In a Shocking U-Turn, Amazon Halts Original Content Production in Africa.
This Thursday, January 18th, Deadline reported that Amazon would cease content production in Africa. The Middle East & North African (MENA) market was also affected by this restructuring from Amazon, which included the doubling of the European market, now split into two (The Established and Emerging European Markets). This decision followed a company-wide "rebalancing" of resources that resulted in layoffs at Amazon subsidiaries such as Twitch, and the consolidation of MGM+, MGM Scripted, and Unscripted Television. Southeast Asia was similarly affected, with the team there downsized to just 25 staff members.
The most significant impact was felt in Sub-Saharan Africa, the Middle East, and North Africa. In these markets, we will no longer see new original content produced by Amazon, as it no longer aligns with the company's business strategy.
Amazon Prime was launched in Africa in 2016, and since then, it has licensed over 145 movies from the continent. It premiered its first original, Gangs of Lagos by Jade Osiberu, in Nigeria last year in 2023. Before this week's announcement, Amazon seemed to have future content plans in Africa, having announced movie and comedy show deals with Nigerian and South African producers. With a growing subscriber base of over 600,000 subscribers, this decision feels like a setback, as Africans will have to settle for the already contracted originals, with no new original content expected from Africa by Amazon.
The reason for this decision could extend beyond Africa and reflect a broader corporate tone shift in US tech companies, which was initiated by the Twitter layoffs in October 2022. Companies are currently undergoing restructuring processes to allocate resources more effectively. The restructuring or “rebalancing” of resources as Amazon VP & General Manager, Prime Video EMEA, Barry Furlong called it means that costs that have a negative ROI will either be removed or put to other uses.
Even though movies will continue to be licensed in Africa, it’s not a good sign when new film investors leave the market. It shows bad signs of a struggling market and could affect other investments from different investors. Hopefully, this doesn’t start a domino effect for other streaming giants to reduce or remove their production investments in Africa. Amazon was a great competitor with other streaming services, and its entry into the African market meant that producers would get fair deals.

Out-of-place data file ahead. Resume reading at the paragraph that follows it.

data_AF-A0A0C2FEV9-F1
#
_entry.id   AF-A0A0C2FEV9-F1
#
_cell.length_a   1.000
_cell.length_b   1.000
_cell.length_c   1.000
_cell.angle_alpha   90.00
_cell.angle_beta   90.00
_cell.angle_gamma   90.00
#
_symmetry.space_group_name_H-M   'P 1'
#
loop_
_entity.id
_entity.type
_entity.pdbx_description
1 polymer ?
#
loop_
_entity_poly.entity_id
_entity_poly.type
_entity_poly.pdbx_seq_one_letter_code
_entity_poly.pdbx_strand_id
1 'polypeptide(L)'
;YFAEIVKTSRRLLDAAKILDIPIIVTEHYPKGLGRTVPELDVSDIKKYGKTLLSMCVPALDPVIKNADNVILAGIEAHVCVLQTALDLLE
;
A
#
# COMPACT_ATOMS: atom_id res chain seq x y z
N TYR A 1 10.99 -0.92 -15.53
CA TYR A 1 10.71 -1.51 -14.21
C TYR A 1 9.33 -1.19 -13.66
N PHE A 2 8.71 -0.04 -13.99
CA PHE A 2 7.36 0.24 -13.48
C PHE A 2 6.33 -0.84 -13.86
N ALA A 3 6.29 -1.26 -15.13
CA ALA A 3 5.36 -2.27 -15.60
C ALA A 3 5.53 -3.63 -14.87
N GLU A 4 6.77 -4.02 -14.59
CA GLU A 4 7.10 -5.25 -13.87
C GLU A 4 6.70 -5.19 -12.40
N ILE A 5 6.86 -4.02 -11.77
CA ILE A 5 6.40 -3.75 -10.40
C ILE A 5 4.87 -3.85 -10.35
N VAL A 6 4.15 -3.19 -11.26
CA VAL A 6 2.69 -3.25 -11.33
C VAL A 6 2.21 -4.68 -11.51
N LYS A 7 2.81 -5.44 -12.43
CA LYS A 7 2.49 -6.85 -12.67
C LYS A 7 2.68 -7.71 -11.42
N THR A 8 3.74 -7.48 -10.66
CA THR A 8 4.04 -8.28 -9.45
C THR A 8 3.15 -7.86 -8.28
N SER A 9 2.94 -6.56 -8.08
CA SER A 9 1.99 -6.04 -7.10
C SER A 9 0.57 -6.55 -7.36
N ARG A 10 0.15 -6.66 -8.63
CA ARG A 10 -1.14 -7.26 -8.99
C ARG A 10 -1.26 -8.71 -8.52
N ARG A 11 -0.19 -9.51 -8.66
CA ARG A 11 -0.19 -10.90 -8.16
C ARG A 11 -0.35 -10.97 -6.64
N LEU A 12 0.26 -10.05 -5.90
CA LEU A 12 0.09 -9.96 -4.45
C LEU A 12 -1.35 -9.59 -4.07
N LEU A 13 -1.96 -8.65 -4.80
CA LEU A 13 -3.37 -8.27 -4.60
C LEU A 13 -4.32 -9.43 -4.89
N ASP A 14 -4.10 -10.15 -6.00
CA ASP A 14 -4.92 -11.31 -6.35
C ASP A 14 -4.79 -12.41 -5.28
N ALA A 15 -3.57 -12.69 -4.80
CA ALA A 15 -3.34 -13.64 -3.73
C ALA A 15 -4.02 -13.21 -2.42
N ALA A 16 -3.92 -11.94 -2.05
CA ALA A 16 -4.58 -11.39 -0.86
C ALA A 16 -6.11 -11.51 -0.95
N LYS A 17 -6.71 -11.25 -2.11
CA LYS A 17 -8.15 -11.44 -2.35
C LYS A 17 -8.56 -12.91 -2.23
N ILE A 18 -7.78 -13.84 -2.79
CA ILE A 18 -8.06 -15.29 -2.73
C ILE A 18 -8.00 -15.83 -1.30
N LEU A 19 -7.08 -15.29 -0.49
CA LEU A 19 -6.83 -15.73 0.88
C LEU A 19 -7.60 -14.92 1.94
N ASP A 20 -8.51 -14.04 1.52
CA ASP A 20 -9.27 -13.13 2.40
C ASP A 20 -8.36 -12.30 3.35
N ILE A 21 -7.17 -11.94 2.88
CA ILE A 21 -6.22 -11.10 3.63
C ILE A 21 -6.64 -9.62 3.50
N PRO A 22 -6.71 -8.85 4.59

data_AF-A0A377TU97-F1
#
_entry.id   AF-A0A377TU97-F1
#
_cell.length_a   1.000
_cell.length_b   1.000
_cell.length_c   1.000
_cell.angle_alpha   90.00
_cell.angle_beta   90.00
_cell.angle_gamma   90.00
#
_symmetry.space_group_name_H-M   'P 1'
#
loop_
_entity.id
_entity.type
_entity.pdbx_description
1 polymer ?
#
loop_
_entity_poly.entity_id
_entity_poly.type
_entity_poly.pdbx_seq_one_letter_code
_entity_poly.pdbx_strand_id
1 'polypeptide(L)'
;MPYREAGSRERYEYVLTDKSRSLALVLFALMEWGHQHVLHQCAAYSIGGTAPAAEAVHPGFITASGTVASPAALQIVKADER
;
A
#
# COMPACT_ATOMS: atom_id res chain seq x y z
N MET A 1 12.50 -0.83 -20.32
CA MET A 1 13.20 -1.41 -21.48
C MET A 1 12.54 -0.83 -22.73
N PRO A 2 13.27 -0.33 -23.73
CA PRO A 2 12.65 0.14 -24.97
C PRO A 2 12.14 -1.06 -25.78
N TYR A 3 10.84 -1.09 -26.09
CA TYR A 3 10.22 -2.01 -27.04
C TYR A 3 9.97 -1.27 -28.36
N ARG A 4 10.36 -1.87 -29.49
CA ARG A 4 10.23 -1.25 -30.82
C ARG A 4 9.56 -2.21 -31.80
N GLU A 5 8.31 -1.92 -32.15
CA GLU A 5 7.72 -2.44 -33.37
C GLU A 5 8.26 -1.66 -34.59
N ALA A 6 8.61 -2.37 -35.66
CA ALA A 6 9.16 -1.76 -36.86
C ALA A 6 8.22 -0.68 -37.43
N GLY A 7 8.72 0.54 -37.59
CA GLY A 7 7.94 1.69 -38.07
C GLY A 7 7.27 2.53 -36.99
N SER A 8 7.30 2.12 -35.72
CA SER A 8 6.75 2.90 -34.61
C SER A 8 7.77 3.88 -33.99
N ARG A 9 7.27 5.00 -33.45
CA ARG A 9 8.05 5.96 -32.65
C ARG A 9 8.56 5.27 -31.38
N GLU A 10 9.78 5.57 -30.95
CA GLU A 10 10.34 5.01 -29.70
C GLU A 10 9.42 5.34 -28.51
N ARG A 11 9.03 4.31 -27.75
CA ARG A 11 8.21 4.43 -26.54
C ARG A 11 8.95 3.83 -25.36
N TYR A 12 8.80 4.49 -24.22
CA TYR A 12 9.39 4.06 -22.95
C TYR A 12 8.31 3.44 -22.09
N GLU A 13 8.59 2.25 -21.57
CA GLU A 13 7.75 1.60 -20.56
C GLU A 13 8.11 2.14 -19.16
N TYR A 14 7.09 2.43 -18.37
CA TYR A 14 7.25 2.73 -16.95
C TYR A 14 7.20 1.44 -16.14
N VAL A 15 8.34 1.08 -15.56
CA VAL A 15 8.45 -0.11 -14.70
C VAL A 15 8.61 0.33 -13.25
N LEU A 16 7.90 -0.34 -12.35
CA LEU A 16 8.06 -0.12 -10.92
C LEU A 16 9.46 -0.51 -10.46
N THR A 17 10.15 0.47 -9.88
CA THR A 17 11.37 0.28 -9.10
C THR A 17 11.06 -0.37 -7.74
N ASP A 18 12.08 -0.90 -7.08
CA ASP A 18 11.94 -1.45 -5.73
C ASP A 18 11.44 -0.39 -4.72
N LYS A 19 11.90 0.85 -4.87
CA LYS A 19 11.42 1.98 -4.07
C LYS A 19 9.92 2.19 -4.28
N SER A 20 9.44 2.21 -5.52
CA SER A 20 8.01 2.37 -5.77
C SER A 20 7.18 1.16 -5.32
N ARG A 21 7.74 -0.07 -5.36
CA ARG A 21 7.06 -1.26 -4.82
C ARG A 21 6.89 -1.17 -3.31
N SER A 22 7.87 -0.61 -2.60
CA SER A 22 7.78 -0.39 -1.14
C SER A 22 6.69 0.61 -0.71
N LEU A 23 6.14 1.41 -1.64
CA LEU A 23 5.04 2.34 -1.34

Disney+ released its first original series in Africa in 2023, an animated series made in South Africa titled Kizazi Moto: Generation Fire, and has another animation series, Iwaju, lined up for release in 2024. With Amazon in the picture, the competition would have meant that more originals could have come from Africa for Disney+ as it tries to fight for the market.
This also comes at a time when the second-biggest streaming platform in Africa, after Netflix, Showmax, is relaunching on the continent. It aims to rebrand itself into a more affordable, easily accessible alternative to the streaming giants that have been posing a threat to its success. The platform has introduced an application option that consumes less data, included football content in the app, and has restructured to reduce subscription fees for the newly rebranded application.
Netflix on the other hand seems to be increasing its investment in Africa. With over 1.6 million subscribers in Africa, Netflix is the largest streaming platform on the continent and has already invested over 175 million USD as of 2022, with plans to significantly increase this investment in the coming years. So, Amazon’s departure leaves the battle for the original content market mostly between Netflix and Showmax.
What Does It Mean for Uganda?
In the grand scheme of things, it might not have a significant impact, but as the African film market suffers, the Ugandan film industry is also affected. There was only one Ugandan-made movie on Amazon Prime, The Imperial Blue, featuring Esteri Tebandeke, and one movie made by a Ugandan, Brotherhood by Loukman Ali, along with a few movies and documentaries about Uganda.
Uganda has not benefited much from the entry of streaming giants into the African market, except for Showmax. Now, there is a need to compete with some of the most established markets in Africa, such as South Africa and Nigeria, for licensing deals from Amazon as the available opportunities reduce.
What can be done by African creators and stakeholders to minimize future de-investments?
To mitigate the potential domino effect resulting from such de-investments, African creators and stakeholders can focus on growing the local market of movie consumers. For instance, Nigeria has only over 200 cinema halls with a population of over 213 million, and 23% of those in the middle class. Uganda has only around five cinema halls across the country. A thin local market for films makes it challenging for foreign investment to show interest, and this could be a contributing factor to Amazon's reduction in spending on Africa.
By expanding and strengthening the local audience for African films, creators and stakeholders can make the industry more appealing to investors. This can be achieved through initiatives such as promoting local cinemas and creating platforms that showcase and celebrate African content. Building a robust and thriving local market not only enhances the industry's sustainability but also makes it more attractive for both local and international investment.